If we limited the US culture to square dancing and country music and told Anglo students that was their culture, it would embarrass them, said Garcia. The same thing happens with Latino students when we reduce their culture to Mariachis and burritos. Inspiring Latino students to do something with their life, requires something intellectual to motivate them. “Inspiration ought to come from beyond forming another Mariachi group in another school. . . We want [the Latino] community to be collectively responsible for themselves, but they have to be armed to do it.”
The keynote speaker at the Utah Council of Deans of Education was Governor Olene Walker. The following are some notes about the major points of her message.
Embracing Culturally Diverse Students
Governor Walker expressed her concern with the brightest and gifted students, but suggested that the focus of our efforts be on the “at-risk” students. “…If we don’t find a way to help the at-risk students master the basic skills,” said Walker, “we will have major social issues in the future.” She encouraged everyone to start looking at ethnically diverse students as an asset, not as a burden or as a problem (as we often do). Walker encouraged us to look for the best from every culture. An example from her culture was the importance placed on parents reading to their children every night.
Walker concluded her discussion of culturally diverse students by emphasizing the importance of having diverse educational leaders. Nationally there are very few culturally diverse administrators, and almost none in Utah. “An example of that, look at this body,” said Walker referring to the group Utah’s Deans and Superintendents, “how many minorities do you have sitting here?” There were very few, if any.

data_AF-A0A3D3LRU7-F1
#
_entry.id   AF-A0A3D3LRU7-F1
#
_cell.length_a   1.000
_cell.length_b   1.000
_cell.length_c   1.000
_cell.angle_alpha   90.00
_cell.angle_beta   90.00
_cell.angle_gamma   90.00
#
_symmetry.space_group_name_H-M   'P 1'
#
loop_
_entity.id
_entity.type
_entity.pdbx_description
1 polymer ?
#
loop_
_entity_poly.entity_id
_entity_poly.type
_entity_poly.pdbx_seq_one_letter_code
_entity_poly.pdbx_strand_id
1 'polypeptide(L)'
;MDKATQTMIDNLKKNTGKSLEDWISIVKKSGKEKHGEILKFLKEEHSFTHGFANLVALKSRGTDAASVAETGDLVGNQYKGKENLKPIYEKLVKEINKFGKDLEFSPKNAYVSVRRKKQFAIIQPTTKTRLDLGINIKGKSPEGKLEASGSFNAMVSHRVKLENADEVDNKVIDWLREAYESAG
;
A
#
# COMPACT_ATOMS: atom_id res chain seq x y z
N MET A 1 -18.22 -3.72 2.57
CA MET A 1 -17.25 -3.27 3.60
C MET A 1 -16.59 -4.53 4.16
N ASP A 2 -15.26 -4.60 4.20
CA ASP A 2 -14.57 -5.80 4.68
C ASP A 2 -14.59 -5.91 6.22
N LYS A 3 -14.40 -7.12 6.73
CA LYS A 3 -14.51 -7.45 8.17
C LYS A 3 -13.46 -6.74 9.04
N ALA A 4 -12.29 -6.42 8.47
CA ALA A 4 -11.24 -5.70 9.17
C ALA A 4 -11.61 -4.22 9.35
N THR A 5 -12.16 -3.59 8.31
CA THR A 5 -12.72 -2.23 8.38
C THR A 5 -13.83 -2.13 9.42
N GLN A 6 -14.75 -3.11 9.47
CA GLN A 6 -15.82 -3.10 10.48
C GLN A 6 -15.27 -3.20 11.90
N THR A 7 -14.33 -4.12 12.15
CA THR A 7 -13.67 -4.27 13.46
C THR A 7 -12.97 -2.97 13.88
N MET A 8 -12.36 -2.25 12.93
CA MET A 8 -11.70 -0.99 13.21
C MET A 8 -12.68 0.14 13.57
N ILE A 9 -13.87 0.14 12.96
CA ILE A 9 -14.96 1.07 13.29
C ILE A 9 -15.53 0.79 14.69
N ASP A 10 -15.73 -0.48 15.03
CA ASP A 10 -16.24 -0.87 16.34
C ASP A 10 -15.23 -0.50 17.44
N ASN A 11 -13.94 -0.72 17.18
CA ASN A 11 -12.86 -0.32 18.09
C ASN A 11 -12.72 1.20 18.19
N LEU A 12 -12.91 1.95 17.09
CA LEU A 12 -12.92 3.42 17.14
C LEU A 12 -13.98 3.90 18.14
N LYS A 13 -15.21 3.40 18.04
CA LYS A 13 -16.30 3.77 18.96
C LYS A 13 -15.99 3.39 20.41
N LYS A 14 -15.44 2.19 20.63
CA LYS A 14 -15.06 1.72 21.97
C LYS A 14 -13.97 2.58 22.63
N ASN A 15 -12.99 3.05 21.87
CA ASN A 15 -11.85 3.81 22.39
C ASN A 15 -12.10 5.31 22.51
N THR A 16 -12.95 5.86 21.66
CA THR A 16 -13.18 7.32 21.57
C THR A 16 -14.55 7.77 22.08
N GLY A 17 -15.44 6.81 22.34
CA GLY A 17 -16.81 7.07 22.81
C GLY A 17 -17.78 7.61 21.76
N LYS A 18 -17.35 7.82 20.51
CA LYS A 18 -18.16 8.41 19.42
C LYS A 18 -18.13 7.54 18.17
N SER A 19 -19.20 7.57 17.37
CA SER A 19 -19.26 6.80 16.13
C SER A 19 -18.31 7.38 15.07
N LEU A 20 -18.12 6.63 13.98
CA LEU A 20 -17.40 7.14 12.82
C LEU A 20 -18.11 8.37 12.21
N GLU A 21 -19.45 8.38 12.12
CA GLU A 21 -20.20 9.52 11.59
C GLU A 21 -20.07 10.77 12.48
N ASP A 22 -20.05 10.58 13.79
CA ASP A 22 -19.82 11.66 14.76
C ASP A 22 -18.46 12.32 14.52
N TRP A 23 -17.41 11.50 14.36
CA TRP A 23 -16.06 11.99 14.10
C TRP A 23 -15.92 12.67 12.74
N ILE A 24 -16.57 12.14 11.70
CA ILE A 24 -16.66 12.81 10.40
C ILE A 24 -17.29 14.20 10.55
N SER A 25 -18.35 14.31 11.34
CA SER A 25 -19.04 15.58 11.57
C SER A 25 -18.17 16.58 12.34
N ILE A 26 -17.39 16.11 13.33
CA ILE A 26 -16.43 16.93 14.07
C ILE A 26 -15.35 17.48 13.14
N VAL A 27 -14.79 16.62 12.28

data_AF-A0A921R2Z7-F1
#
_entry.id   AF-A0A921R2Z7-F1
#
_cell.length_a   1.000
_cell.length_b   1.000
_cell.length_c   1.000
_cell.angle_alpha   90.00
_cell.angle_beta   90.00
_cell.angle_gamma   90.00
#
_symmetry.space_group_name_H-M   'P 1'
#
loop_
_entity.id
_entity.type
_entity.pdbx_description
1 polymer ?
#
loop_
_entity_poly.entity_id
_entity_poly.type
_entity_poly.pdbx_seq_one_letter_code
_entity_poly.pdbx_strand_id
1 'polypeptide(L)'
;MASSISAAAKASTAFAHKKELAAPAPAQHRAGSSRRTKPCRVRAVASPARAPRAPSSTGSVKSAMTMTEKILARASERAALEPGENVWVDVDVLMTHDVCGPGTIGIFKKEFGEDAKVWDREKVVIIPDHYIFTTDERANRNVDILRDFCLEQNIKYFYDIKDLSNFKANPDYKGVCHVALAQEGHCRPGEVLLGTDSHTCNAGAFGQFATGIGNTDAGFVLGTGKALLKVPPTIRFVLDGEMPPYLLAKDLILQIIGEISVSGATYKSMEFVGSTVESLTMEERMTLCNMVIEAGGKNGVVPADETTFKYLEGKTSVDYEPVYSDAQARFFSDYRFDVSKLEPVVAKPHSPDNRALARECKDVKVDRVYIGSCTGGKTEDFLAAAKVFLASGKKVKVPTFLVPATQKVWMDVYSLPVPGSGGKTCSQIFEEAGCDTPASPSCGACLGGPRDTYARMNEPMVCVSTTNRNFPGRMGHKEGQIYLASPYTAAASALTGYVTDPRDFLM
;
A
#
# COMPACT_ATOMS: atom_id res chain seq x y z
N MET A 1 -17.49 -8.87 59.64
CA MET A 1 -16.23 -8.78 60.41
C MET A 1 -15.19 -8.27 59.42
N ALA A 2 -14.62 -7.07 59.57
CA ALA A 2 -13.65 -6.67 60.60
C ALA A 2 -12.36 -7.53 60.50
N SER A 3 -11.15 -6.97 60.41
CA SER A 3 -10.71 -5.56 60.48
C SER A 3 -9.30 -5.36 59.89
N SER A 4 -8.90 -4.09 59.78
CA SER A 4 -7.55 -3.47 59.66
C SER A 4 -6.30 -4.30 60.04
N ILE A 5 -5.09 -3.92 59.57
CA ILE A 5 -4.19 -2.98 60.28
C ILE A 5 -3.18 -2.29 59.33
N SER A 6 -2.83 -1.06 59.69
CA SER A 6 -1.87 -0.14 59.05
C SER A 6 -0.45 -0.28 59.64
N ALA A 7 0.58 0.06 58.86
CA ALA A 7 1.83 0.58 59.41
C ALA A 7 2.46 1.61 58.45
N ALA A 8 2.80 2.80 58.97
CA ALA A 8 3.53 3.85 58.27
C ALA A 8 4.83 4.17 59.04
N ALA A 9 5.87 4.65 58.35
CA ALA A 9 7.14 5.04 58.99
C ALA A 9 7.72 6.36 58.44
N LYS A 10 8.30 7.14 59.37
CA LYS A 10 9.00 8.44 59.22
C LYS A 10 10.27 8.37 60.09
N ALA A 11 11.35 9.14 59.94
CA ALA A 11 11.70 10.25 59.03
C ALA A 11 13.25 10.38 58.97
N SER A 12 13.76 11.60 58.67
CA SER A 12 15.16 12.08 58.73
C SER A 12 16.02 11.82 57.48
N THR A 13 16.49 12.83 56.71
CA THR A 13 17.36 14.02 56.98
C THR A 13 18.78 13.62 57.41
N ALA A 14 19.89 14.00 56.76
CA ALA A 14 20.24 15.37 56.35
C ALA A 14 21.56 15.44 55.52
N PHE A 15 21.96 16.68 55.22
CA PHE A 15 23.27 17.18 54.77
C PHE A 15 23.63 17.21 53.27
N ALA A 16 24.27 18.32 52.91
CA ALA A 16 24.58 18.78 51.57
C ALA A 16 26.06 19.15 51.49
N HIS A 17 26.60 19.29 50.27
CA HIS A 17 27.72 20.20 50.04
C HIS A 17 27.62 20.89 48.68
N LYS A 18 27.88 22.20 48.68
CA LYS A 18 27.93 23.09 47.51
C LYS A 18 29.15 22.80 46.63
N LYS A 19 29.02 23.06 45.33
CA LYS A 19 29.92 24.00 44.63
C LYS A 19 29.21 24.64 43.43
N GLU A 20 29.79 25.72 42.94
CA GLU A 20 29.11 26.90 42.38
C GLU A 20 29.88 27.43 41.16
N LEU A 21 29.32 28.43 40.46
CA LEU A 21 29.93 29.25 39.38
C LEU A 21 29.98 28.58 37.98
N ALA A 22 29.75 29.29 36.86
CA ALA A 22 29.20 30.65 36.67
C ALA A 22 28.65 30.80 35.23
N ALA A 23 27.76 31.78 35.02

Tuition Tax Credit
When it comes to the idea of a tuition tax credit, “I’ve never seen a model that works,” said Governor Walker. She stated that you cannot make the assumption that you can fund someone on others. You also cannot make an assumption that the business sector is going to be building schools that the common person can afford. “I’ve always been a strong believer in public schools. It’s what has made America great.”
As she ended, Walker encouraged educators to become more involved in the political discussions that effect education. She said that higher educators have “got to be at the table more” when it comes to the legislative process. When it comes to issues such as the tuition tax credit, “If you are not at the table on that, you will have to live with the results. All of you better be at the table on that issue.”
Walker admitted that she didn’t know all of the answers to dealing with the huge influx of children expected in the Utah public schools in the next 10 years. However, she said that we have got to find a way to make them feel that by going to school every day they can succeed. If they feel like they are going to fail, we are going to loose them. “If I went to work everyday with the idea that I was going to fail, I’d call in sick.”